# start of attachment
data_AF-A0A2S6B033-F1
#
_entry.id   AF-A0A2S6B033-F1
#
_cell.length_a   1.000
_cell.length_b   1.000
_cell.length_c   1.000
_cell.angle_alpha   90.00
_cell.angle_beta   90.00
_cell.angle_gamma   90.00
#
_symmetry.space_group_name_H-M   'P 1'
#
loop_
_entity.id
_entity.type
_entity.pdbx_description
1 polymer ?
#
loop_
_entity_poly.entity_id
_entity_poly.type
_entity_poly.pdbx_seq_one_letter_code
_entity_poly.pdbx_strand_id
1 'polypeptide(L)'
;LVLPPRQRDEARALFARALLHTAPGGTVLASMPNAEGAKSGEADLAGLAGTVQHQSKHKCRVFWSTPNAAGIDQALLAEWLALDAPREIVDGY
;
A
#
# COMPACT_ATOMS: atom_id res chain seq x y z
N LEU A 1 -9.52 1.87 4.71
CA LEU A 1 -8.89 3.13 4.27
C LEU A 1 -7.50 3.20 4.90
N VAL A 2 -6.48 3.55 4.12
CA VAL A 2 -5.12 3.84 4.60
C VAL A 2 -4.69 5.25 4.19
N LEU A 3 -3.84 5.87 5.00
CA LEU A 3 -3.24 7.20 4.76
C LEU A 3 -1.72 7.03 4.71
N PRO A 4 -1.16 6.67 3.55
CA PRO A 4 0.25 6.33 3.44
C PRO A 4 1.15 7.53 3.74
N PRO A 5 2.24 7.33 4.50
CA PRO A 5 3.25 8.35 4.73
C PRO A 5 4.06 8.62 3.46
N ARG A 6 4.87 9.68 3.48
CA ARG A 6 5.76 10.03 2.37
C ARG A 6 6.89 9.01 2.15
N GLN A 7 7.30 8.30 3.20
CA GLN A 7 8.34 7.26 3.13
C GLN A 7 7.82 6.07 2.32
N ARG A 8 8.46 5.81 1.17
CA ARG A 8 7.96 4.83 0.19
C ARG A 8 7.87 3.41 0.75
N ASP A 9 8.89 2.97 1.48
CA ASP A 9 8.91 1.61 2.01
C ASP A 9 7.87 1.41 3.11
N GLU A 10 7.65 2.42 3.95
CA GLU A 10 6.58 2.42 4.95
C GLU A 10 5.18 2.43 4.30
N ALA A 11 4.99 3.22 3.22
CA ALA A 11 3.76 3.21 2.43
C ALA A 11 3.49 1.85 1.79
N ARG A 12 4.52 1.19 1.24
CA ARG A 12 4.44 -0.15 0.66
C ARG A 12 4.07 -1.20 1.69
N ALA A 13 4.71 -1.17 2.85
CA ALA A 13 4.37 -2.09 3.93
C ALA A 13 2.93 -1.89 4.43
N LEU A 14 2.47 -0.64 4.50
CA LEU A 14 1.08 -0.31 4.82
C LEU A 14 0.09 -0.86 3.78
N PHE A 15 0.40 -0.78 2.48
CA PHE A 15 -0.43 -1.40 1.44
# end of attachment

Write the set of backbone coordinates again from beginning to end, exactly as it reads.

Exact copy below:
data_AF-A0A2S6B033-F1
#
_entry.id   AF-A0A2S6B033-F1
#
_cell.length_a   1.000
_cell.length_b   1.000
_cell.length_c   1.000
_cell.angle_alpha   90.00
_cell.angle_beta   90.00
_cell.angle_gamma   90.00
#
_symmetry.space_group_name_H-M   'P 1'
#
loop_
_entity.id
_entity.type
_entity.pdbx_description
1 polymer ?
#
loop_
_entity_poly.entity_id
_entity_poly.type
_entity_poly.pdbx_seq_one_letter_code
_entity_poly.pdbx_strand_id
1 'polypeptide(L)'
;LVLPPRQRDEARALFARALLHTAPGGTVLASMPNAEGAKSGEADLAGLAGTVQHQSKHKCRVFWSTPNAAGIDQALLAEWLALDAPREIVDGY
;
A
#
# COMPACT_ATOMS: atom_id res chain seq x y z
N LEU A 1 -9.52 1.87 4.71
CA LEU A 1 -8.89 3.13 4.27
C LEU A 1 -7.50 3.20 4.90
N VAL A 2 -6.48 3.55 4.12
CA VAL A 2 -5.12 3.84 4.60
C VAL A 2 -4.69 5.25 4.19
N LEU A 3 -3.84 5.87 5.00
CA LEU A 3 -3.24 7.20 4.76
C LEU A 3 -1.72 7.03 4.71
N PRO A 4 -1.16 6.67 3.55
CA PRO A 4 0.25 6.33 3.44
C PRO A 4 1.15 7.53 3.74
N PRO A 5 2.24 7.33 4.50
CA PRO A 5 3.25 8.35 4.73
C PRO A 5 4.06 8.62 3.46
N ARG A 6 4.87 9.68 3.48
CA ARG A 6 5.76 10.03 2.37
C ARG A 6 6.89 9.01 2.15
N GLN A 7 7.30 8.30 3.20
CA GLN A 7 8.34 7.26 3.13
C GLN A 7 7.82 6.07 2.32
N ARG A 8 8.46 5.81 1.17
CA ARG A 8 7.96 4.83 0.19
C ARG A 8 7.87 3.41 0.75
N ASP A 9 8.89 2.97 1.48
CA ASP A 9 8.91 1.61 2.01
C ASP A 9 7.87 1.41 3.11
N GLU A 10 7.65 2.42 3.95
CA GLU A 10 6.58 2.42 4.95
C GLU A 10 5.18 2.43 4.30
N ALA A 11 4.99 3.22 3.22
CA ALA A 11 3.76 3.21 2.43
C ALA A 11 3.49 1.85 1.79
N ARG A 12 4.52 1.19 1.24
CA ARG A 12 4.44 -0.15 0.66
C ARG A 12 4.07 -1.20 1.69
N ALA A 13 4.71 -1.17 2.85
CA ALA A 13 4.37 -2.09 3.93
C ALA A 13 2.93 -1.89 4.43
N LEU A 14 2.47 -0.64 4.50
CA LEU A 14 1.08 -0.31 4.82
C LEU A 14 0.09 -0.86 3.78
N PHE A 15 0.40 -0.78 2.48
CA PHE A 15 -0.43 -1.40 1.44